Bill ensures big tar sands oil can’t escape costs for spill clean-up


Washington (February 14, 2020) – Senator Edward J. Markey (D-Mass.) and Congressman Earl Blumenauer (OR-03) today reintroduced bicameral legislation that would hold tar sand pipelines such as the Keystone XL pipeline accountable to the American people and economy, joined by Senators Sheldon Whitehouse (D-R.I.), Elizabeth Warren (D-Mass.), and Bernie Sanders (I-Vt.), and Congressman Dan Kildee (MI-05) in the House of Representatives. The legislation would close a special tax loophole for oil companies that import or produce tar sands oil. Unlike other forms of oil sent through pipelines, tar sands oil companies are not currently required to pay into the Oil Spill Liability Trust Fund, which provides response funding in the case of a spill. The largest source of revenue for the fund comes from a nine cent per barrel excise tax on crude oil received at U.S. refineries or on petroleum products imported into the United States. 


“The dirtiest fuels should have the strictest requirements, not regulatory loopholes. Tar sand pipelines spills should be cleaned up with company dollars just like all other types of oil,” said Senator Markey. “Late last year, TC Energy had its fourth major tar sands oil spill, but American taxpayers had to foot the bill for the emergency response because the company was able to avoid paying into the Oil Spill Liability Trust Fund. We need to close this loophole for tar sands and make sure every Big Oil company pays up for their clean-up costs.”


“Tar sands are crude oil - this is plain and simple,” said Rep. Blumenauer. “Yet instead of being treated like it, oil companies are able to take advantage of a massive loophole and avoid the taxes on these dirty fossil fuels. Amidst the growing climate emergency, closing this loophole is a small step we must take to hold Big Oil accountable and to protect our communities.”


“Tar sands oil is one of the dirtiest fuels on the planet.  Proposals to expand its import would lead to over one hundred million metric tons of carbon pollution every year, the primary driver of climate change,” said Senator Whitehouse. “And despite the history of serious spills, it’s exempt from paying into the cleanup fund.  We need to stop subsidizing pollution like tar sand oil.  Otherwise, Rhode Islanders and Americans everywhere will be left with more severe rising sea levels, storms, drought, and forest fires and the bill for serious public health and safety consequences of spills.”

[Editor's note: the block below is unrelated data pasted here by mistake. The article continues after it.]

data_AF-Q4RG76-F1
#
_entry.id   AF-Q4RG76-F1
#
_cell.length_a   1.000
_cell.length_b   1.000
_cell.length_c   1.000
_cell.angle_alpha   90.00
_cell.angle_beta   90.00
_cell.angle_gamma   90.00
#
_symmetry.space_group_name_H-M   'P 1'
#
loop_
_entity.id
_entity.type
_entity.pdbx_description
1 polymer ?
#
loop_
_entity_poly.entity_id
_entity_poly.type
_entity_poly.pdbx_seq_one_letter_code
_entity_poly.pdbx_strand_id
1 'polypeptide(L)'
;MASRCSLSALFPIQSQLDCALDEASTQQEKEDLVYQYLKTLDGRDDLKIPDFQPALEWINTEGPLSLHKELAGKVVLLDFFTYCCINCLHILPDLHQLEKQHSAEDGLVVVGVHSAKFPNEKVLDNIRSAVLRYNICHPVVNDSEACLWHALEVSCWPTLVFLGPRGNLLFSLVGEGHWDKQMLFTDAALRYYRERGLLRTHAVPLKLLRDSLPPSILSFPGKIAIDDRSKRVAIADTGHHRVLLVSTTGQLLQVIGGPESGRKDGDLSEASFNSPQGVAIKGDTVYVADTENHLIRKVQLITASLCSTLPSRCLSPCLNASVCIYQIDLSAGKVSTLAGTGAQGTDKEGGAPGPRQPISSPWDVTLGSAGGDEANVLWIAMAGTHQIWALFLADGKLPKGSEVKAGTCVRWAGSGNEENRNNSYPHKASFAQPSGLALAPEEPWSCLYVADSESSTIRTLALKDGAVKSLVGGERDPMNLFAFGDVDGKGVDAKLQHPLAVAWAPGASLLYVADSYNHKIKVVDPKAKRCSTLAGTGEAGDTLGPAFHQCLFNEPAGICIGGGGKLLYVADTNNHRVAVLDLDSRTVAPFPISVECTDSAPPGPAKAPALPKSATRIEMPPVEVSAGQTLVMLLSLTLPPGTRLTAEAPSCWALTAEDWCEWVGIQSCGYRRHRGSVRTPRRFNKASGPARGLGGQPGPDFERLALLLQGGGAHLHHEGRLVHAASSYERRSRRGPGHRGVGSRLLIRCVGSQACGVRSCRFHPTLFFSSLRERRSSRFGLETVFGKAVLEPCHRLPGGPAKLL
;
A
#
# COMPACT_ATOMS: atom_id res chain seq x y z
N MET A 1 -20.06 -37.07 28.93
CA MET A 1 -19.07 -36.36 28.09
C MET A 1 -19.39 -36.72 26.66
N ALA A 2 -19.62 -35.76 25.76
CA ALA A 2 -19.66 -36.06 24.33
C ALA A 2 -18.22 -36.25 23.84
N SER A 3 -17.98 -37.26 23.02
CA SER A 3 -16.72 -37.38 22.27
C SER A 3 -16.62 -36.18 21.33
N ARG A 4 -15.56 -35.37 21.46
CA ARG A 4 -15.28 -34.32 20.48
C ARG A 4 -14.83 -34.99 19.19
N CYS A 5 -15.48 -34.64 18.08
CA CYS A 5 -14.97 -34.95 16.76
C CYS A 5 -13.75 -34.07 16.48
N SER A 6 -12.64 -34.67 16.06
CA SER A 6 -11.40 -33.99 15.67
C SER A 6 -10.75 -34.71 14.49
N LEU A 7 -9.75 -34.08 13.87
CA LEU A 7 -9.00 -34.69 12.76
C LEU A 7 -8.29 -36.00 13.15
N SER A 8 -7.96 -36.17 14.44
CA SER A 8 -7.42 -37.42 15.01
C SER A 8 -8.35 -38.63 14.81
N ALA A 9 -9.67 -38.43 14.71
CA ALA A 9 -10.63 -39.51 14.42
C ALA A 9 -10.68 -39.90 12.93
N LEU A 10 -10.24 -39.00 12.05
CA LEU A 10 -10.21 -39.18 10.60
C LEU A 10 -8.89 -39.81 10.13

“For years giant fossil fuel companies have rigged the system to make sure they don’t have to pay a penny in cleanup costs if they spill some of the dirtiest fuels into our environment,” said Senator Warren. “We need to revoke this massive get-out-of-jail-free card for Big Oil and keep on fighting for a clean energy economy with healthier and safer fuels.”


A copy of the legislation can be found HERE


“Closing this tax loophole is a no-brainer. In a time of rapidly mounting climate crisis, the last thing we can afford is to subsidize dirty tar sands oil to the tune of billions of dollars,” said Collin Rees, Senior Campaigner at Oil Change International. “Letting tar sands companies off the hook leaves communities footing the bill for the toxic tar sands spills we’ve seen time and again. We need to end this giveaway to polluters, and to end all other subsidies that are wrecking the planet and lining the pockets of Big Oil.”


“Tar sands oil is the dirtiest fuel source on the planet, and the most difficult to clean up when it spills, polluting our communities, farmland, or waterways,” said Catherine Collentine, Associate Director of the Sierra Club’s Beyond Dirty Fuels campaign. “It is long past time for tar sands companies to pay to clean up their toxic messes. We applaud Senator Markey for his leadership in closing this dangerous loophole.”


In November 2019, Senator Markey sent a letter demanding answers from TC Energy, owner of the Keystone Pipeline, about a 383,000-gallon crude oil spill in North Dakota. The Keystone Pipeline pumps tar sands oil from Alberta, Canada to Nebraska, and this was its fourth major spill since the pipeline began operation in 2010. In his letter, Senator Markey expressed concerns that TC Energy appears to be acting negligently in allowing these repeated spills to occur, and in failing to prevent further spills.